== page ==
Sunday, June 30, 2019


Tommy Sheppard is riding the anti-Ernie Grunfeld wave.

The last guy left in the room to be the Washington Wizards general manager is getting some love for his moves so far.

His latest — agreeing to acquire Moritz Wagner, Jemerrio Jones and Isaac Bonga from the Los Angeles Lakers — may look more beneficial to the Lakers than the Wizards, as it helps Los Angeles free up $32 million in salary cap space so they can get their third star to join LeBron James and Anthony Davis.

But unless the Wizards plan on competing in the Big 3 League — with just six players on the roster — they literally needed bodies to take the court for them next season.

And, instead of loading up and overpaying bad free agents, like Ernie Grunfeld might have, Sheppard has added three cheap, young players, each with a year of NBA experience.

Maybe one of them can stick. Wagner, taken 25th by Los Angeles in the first round of last year’s draft, worked out for the Wizards before the draft, and they liked the 6-foot-11 center then. As a rookie, he averaged 4.8 points and 2.8 rebounds in 10.4 minutes per game over 43 games.

Not only that, but the Wizards got another second-round pick in 2022. Grunfeld treated second-round picks like a sexually-transmitted disease. And all it cost them was $1.1 million in cash that went to the New Orleans Pelicans in the three-way deal.

This deal follows the Wizards draft, with fans warming up to Sheppard’s selection of Gonzaga forward Rui Hachimura with the ninth overall pick, and then Admiral Schofield from Tennessee in the second round.

These are decidedly not Grunfeld picks. Neither is an untested Euro or some freshman kid allegedly full of potential with branding plans. Hachimura is a junior and considered a high character guy, and Schofield is a senior.

With Grunfeld’s departure, character became the buzz word inside the Wizards organization. The higher the character, the more excited Ted Leonsis got. If the Boy Scouts had a basketball team they would have been on the Wizards’ draft board.

In between all this, Toronto president of basketball operations Masai Ujiri announced he wasn’t going anywhere. He will remain as the head of the championship Raptors organization.

“I love it here,” Ujiri said. “My family loves it here. My wife loves it here, which is very important. My kids are Canadians. You want to win more … in my mind, I’m here.”

In Transparent Ted’s mind, Ujiri was in Washington, even if only briefly. Leonsis reportedly put together a bid to lure Ujiri to Washington to run the Wizards that included a $10 million annual salary and a piece of the team.

But that notion was slapped out of the owner’s head with the threat of tampering after the ESPN report about the Wizards courtship broke minutes after the Raptors defeated the Golden State Warriors to win the NBA title. All these reports that followed about the Wizards having no interest in Ujiri or lobbying him to come to Washington was just damage control.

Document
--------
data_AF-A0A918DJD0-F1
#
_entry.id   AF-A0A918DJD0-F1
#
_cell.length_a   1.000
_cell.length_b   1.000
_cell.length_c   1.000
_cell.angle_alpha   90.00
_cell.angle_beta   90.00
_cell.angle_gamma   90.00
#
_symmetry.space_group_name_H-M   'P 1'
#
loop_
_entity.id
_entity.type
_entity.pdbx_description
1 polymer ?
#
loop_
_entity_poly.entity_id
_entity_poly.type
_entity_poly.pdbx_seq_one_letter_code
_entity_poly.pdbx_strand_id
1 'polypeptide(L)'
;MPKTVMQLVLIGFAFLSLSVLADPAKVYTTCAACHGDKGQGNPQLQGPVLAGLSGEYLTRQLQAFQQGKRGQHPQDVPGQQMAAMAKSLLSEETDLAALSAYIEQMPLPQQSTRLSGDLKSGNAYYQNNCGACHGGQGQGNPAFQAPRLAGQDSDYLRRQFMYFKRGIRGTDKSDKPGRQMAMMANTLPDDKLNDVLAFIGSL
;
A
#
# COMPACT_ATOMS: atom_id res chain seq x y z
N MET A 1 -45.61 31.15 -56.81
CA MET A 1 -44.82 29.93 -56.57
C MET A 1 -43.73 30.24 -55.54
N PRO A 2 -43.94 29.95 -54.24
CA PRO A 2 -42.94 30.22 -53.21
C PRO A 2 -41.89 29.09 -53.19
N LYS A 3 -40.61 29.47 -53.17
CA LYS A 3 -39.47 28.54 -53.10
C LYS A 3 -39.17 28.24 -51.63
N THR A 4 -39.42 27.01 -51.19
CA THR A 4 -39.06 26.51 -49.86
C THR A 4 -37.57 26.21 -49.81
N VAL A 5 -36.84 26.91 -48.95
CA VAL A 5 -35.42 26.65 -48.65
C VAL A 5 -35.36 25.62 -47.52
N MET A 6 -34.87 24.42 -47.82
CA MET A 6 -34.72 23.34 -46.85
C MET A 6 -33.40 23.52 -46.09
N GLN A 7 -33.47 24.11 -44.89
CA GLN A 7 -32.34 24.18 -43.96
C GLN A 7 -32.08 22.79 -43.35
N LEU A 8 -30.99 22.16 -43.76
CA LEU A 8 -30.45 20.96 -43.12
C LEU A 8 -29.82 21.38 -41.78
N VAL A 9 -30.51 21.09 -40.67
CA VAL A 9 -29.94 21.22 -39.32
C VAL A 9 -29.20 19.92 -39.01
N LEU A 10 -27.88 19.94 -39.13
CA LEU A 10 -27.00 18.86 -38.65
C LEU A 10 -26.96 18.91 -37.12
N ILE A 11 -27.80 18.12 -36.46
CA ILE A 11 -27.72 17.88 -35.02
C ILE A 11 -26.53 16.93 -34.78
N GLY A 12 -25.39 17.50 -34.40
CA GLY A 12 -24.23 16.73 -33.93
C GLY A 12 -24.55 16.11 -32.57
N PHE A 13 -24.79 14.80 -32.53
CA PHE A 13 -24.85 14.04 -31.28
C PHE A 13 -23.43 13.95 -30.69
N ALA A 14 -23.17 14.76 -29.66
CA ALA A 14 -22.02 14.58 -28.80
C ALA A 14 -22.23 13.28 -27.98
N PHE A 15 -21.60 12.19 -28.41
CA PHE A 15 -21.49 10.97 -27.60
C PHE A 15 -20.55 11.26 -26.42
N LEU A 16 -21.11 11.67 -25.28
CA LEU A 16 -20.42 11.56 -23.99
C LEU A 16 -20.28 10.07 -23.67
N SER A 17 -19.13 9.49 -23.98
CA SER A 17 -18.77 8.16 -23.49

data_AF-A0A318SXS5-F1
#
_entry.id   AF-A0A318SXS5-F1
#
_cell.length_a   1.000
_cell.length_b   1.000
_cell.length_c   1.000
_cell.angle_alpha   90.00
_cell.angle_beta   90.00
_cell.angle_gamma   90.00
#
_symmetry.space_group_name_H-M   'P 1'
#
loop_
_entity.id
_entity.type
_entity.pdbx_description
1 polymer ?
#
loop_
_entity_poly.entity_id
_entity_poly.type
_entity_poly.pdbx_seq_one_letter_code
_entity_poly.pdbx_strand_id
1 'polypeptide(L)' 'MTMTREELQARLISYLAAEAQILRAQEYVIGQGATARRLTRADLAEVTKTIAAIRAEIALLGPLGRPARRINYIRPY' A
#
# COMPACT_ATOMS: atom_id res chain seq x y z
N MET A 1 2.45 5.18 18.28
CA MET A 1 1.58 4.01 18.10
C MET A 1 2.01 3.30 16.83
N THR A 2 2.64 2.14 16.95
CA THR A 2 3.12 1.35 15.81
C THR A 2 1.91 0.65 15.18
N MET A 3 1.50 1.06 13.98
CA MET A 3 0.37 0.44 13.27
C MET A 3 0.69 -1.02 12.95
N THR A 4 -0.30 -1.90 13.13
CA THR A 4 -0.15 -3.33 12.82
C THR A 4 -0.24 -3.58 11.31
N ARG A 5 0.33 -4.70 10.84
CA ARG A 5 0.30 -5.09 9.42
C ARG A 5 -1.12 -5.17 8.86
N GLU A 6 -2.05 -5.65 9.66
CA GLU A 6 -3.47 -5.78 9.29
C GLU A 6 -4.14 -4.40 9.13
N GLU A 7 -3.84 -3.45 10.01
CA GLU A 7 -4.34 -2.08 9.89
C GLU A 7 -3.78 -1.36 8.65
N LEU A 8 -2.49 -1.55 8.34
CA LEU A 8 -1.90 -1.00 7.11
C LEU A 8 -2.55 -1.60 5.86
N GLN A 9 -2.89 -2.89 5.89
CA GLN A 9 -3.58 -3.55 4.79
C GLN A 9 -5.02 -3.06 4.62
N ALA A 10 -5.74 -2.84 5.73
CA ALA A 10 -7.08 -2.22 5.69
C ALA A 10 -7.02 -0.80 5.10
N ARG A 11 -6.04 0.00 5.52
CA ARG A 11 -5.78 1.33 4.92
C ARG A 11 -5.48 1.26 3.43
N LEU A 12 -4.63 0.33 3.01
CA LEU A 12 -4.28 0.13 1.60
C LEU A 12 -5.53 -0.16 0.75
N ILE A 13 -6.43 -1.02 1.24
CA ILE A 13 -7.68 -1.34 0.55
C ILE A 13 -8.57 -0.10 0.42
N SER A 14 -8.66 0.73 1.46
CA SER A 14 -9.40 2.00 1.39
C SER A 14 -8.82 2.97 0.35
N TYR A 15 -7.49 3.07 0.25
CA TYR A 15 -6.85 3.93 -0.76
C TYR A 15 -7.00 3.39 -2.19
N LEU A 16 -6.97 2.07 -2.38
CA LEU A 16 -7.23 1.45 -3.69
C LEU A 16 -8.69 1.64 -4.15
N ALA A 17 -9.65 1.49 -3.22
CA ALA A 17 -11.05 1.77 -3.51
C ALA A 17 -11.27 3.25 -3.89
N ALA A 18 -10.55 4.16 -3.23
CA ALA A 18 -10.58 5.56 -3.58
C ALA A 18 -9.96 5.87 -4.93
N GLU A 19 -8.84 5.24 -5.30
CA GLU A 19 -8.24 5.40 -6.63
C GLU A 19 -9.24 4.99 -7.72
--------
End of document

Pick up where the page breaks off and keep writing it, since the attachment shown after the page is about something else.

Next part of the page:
So now here we are, three months after Grunfeld was fired nine years too late, and still no full-time president of basketball operations in place.

This was Transparent Ted’s opportunity to send a big signal to Wizards fans that finally it was not going to be business as usual. He even hired a consultant to help him — and still the entire process has been a shambles.

Today he is left with Sheppard, one of the most well-liked executives in the NBA, both by fellow execs and the media. Sheppard has worked his way up over his 25 years in the league to be where he is now — the only guy left in the room. He spent 16 of those years working for Grunfeld, but he seems determined to distance himself, at least for now, from the carnage his mentor left behind.

Then again, it’s been easy not being Ernie Grunfeld so far.

If Sheppard winds up with the job on a permanent basis, his toughest challenge will be to pull off the biggest anti-Grunfeld move — to change the culture of the organization and demand accountability.

He should be qualified for that job — he had a front-row seat to the knucklehead eras that defined this organization since Sheppard arrived with his former boss.

If Sheppard’s voice was silenced all those years, now he has a chance to clear his throat.

Hear Thom Loverro on 106.7 The Fan Wednesday afternoons and Saturday and Sunday mornings and on the Kevin Sheehan Show podcast.

• Thom Loverro can be reached at tloverro@washingtontimes.com.

Copyright © 2023 The Washington Times, LLC.